I recently saw a book called What Mothers Do: Especially When it Looks Like Nothing by Naomi Stadlen. I haven’t read it yet but I want to because I remember when my children were young wondering what it was that I was really doing and whether it had real value to the world. Now, as the parent of adult children of my own and foster parent to boys in their late teens, I can see more clearly that underlying the deceptively simple routine tasks of the first few years; changing diapers, feeding, playing and providing guidance, is the transmission of attitudes that build the foundation for personal self-worth and a sense of belonging and importance to the family and community. This is also when children learn to recognize and name their own feelings and learn how to deal with them. Expressing joy is acceptable in almost every family but learning to appropriately express anger, frustration and fear, and having people who will accept that the child feels those things at that moment, is probably even more important in preventing a lifetime of self-destructive behaviours.
Passing on these attitudes and skills to your children doesn’t take any fancy equipment, special classes or the latest in baby gear. In fact sometimes those things can get in the way. It is possible to feed, cloth and provide the basic needs for a child in such a way that the messages they get about their value as a human being are negative ones, just as it is possible to do the same tasks in a way that shows them how valuable they are - not for what they do but just for who they are.
The positive messages happen at times such as the late night as you walk the floor with the teething baby for whom nothing is helping except your presence, the movement, the 99th verse of Old MacDonald Had a Farm and you trying to make up a sound for a wombat because you are sick of singing about cows. That baby is learning that his feelings matter and that you will be there for him even if you can’t “fix” the problem. They happen when, for the hundredth time, you help the toddler who wants the toy someone else has to use words - not hitting - to get her point across. They happen when you are gazing into the eyes of your nursing baby or blowing raspberries on his tummy when you change a diaper. They are happening when it looks like you are doing nothing that will change the world and certainly nothing for which someone will give you a paycheque. When these things happen it can change the life of a child and that may change the world. I want you to know that what you are doing does make a difference and how you do it makes all the difference in the world. There are no guarantees that bad things won’t happen to your children, or that they won’t make some poor choices as they get older. But a child with a solid sense of positive self worth, and who knows that there are people who will support him or her, has a far better chance of getting through those situations and moving forward. So go enjoy your baby! You are doing the most important, worthwhile and world-changing work of all!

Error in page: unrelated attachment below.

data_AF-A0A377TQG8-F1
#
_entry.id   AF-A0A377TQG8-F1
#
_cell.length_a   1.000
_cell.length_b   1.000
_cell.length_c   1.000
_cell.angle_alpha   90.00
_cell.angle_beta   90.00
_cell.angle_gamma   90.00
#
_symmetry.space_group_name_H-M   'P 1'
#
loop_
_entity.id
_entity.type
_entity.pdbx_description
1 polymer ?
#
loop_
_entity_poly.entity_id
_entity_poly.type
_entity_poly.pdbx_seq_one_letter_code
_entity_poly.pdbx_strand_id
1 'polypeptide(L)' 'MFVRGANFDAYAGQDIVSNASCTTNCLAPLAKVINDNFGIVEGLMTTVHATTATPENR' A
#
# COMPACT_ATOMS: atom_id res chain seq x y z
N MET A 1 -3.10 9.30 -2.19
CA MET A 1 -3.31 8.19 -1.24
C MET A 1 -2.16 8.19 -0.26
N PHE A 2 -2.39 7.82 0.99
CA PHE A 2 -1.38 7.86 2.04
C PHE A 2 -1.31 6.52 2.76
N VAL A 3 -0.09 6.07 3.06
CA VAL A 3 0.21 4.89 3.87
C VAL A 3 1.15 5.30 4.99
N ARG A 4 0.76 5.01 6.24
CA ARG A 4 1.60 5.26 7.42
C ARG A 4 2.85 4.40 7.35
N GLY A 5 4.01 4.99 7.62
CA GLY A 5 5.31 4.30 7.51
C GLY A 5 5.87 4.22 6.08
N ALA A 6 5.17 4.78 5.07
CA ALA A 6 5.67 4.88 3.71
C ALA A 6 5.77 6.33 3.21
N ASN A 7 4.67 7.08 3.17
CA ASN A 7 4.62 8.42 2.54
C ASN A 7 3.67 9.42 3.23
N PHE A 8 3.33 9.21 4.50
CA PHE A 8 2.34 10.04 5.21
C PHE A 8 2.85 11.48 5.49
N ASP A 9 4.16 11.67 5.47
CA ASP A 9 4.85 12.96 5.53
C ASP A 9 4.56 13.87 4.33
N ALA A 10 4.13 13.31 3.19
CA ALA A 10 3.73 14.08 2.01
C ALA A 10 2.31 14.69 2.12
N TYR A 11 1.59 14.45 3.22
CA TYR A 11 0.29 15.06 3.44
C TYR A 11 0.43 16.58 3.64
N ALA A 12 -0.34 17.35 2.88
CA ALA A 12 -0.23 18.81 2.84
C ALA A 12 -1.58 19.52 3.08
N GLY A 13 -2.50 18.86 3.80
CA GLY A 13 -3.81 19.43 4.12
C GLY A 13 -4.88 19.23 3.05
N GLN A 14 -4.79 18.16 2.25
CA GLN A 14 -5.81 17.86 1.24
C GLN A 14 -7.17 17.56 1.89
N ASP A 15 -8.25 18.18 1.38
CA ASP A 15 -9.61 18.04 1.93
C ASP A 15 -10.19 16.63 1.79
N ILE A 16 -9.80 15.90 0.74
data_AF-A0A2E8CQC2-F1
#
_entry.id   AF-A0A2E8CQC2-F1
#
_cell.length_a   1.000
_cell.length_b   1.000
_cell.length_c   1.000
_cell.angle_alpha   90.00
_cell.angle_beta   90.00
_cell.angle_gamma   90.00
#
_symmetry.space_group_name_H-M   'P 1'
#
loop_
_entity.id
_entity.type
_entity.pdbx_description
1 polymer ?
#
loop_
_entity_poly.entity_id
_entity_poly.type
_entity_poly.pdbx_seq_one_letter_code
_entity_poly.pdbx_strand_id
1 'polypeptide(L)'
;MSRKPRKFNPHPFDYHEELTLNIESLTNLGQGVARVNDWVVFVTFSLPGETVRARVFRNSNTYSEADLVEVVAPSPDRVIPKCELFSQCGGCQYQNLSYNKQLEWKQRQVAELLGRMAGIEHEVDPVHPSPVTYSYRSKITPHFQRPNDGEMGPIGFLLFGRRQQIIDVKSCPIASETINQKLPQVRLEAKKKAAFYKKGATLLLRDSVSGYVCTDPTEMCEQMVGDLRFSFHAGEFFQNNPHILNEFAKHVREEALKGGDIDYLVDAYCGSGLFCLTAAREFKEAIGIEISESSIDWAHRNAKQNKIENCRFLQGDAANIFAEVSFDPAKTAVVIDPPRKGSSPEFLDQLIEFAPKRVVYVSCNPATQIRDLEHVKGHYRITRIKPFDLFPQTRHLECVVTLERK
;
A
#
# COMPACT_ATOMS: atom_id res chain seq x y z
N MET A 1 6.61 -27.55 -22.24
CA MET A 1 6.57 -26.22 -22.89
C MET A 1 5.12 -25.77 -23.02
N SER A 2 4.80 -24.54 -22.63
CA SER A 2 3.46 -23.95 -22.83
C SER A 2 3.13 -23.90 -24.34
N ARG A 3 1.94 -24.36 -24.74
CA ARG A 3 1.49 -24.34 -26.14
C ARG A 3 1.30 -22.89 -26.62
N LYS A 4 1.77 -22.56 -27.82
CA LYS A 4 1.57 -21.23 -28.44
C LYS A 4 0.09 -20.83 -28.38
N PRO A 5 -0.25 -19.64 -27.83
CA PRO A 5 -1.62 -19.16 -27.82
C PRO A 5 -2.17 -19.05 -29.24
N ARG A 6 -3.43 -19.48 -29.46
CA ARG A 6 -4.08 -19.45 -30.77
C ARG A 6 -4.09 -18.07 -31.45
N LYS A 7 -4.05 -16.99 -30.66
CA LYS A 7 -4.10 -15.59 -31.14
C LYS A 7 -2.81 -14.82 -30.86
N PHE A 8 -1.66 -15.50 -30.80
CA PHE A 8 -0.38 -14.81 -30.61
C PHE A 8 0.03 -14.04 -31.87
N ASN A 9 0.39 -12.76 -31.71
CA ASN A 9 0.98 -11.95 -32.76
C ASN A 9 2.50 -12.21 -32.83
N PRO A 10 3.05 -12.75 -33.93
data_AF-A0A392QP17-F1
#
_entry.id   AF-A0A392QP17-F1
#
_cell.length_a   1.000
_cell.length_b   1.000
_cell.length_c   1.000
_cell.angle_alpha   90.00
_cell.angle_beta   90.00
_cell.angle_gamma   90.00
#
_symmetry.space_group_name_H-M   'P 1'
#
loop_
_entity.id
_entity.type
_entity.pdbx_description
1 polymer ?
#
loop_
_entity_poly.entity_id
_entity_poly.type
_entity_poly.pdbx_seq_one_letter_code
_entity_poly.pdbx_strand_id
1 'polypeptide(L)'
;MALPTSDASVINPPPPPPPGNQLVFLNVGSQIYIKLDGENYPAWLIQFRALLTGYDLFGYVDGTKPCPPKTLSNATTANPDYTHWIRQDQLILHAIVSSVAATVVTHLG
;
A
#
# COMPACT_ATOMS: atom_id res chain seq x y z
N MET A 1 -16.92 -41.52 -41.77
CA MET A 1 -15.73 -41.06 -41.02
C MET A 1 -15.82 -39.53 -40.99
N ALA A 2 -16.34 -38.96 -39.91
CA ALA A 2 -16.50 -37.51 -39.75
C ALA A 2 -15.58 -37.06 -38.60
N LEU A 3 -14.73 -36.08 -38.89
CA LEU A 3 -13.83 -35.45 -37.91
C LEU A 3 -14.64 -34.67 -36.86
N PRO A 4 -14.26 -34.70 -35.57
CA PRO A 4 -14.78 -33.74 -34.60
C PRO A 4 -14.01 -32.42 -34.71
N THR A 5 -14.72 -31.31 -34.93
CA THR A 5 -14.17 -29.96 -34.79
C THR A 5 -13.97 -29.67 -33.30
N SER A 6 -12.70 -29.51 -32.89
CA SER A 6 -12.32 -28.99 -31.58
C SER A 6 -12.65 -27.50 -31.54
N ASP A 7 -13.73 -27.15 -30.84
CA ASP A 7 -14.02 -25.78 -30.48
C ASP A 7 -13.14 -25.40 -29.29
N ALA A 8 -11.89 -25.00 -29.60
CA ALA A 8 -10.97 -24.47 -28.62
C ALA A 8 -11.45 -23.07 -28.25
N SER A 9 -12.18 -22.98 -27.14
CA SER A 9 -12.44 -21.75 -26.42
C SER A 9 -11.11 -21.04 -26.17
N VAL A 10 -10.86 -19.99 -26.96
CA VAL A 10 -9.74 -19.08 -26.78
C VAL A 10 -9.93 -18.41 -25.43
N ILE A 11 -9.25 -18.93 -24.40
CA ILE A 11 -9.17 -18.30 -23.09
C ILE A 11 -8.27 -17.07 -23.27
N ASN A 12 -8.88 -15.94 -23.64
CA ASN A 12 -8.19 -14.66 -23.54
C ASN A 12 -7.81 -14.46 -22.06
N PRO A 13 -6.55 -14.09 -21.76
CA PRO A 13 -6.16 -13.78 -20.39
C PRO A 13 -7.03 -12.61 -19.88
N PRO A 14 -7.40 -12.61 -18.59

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Updated July 2022